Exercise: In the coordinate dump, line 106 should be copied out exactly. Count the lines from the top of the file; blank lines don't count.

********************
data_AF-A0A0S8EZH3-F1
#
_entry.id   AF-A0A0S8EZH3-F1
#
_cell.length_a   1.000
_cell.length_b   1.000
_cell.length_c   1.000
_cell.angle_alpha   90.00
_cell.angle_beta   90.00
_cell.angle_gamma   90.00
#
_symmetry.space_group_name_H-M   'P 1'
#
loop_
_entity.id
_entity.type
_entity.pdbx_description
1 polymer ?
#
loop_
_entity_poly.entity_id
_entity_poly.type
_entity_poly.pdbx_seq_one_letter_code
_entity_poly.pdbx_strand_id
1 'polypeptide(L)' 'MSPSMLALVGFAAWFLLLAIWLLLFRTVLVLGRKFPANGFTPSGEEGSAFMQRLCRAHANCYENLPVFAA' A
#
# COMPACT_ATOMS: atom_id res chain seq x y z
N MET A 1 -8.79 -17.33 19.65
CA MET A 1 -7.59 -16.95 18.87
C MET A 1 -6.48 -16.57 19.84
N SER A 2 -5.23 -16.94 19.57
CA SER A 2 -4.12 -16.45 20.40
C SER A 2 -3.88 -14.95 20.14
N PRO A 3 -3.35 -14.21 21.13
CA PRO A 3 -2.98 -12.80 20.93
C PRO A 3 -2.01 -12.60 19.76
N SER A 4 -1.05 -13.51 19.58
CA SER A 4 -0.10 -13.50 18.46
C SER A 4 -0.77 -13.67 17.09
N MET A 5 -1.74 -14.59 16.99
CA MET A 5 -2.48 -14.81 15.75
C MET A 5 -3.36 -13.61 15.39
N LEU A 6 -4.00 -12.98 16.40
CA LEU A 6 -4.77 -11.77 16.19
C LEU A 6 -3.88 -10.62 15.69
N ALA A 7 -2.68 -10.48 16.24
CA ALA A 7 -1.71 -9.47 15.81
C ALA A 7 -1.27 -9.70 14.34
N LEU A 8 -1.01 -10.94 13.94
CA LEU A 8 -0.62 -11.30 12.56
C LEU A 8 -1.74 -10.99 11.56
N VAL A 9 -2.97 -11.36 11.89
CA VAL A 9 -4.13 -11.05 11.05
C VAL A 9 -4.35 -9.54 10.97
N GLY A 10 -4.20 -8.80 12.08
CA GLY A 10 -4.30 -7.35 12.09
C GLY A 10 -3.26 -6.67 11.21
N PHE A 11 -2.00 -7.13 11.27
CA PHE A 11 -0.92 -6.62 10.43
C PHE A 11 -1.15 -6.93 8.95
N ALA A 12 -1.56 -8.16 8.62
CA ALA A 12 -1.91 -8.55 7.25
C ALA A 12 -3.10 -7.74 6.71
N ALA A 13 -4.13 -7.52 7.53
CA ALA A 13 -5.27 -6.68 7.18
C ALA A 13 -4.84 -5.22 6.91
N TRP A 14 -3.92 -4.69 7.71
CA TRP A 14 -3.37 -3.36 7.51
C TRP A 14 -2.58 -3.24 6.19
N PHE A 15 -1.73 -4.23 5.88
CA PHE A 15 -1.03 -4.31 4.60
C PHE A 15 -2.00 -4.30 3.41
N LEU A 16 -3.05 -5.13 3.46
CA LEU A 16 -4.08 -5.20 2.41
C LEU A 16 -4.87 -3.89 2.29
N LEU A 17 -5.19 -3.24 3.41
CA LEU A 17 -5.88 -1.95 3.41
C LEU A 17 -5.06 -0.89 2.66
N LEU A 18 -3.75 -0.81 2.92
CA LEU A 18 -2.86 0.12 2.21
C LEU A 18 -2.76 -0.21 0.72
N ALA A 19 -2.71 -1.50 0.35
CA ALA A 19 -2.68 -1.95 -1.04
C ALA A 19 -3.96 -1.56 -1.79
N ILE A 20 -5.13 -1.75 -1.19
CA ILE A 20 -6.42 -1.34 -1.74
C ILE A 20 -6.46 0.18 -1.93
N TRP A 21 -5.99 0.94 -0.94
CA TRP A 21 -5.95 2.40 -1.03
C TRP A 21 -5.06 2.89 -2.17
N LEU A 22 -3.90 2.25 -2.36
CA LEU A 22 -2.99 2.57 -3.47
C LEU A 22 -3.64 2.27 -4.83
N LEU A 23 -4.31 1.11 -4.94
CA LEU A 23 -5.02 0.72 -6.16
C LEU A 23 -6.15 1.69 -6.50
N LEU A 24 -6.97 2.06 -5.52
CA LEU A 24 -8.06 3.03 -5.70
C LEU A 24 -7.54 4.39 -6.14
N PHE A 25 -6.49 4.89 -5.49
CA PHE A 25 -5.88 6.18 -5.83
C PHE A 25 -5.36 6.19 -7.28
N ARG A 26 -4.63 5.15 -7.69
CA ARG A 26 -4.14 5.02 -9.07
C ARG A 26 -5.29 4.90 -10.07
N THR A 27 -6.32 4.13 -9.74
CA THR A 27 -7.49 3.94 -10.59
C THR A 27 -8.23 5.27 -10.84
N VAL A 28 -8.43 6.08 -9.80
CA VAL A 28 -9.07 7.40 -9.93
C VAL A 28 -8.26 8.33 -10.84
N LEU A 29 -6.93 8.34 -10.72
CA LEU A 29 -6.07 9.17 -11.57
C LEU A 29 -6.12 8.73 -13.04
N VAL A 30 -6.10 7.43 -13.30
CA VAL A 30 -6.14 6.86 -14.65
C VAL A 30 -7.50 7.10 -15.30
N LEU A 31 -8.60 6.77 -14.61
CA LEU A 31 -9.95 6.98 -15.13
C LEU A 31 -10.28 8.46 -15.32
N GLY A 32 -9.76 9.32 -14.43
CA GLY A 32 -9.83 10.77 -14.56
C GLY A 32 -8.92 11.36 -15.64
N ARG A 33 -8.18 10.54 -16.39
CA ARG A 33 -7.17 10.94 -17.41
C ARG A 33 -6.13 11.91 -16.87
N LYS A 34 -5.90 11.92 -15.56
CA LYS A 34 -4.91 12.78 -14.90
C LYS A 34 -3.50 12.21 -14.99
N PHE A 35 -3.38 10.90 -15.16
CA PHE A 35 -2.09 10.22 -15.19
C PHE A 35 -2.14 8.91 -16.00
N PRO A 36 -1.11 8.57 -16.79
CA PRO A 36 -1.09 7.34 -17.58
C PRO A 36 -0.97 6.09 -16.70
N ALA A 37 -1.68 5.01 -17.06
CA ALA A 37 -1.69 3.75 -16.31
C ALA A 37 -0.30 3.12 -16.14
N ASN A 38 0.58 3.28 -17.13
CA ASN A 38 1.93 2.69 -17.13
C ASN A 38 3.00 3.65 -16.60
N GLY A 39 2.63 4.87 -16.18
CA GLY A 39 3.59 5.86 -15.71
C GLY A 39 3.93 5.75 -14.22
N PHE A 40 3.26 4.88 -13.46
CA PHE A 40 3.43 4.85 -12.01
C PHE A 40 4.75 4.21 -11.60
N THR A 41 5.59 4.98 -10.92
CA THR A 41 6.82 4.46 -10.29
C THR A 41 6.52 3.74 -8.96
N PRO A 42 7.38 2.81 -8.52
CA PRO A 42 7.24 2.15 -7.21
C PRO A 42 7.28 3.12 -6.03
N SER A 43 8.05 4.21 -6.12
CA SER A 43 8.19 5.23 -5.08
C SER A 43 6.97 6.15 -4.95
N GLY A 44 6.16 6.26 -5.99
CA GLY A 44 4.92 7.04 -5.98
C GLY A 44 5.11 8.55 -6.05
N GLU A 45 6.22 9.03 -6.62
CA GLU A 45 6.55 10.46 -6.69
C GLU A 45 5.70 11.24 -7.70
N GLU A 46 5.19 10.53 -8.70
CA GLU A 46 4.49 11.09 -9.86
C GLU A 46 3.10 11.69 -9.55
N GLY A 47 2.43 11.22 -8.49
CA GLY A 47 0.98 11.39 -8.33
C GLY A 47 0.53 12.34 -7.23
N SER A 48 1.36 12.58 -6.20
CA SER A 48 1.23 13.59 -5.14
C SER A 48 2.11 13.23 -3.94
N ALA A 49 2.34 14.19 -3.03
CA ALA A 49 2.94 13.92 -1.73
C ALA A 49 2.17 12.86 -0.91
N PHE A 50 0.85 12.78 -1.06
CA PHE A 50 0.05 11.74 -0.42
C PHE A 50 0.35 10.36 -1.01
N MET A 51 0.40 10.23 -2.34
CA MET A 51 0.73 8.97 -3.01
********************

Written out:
N THR A 27 -6.32 4.13 -9.74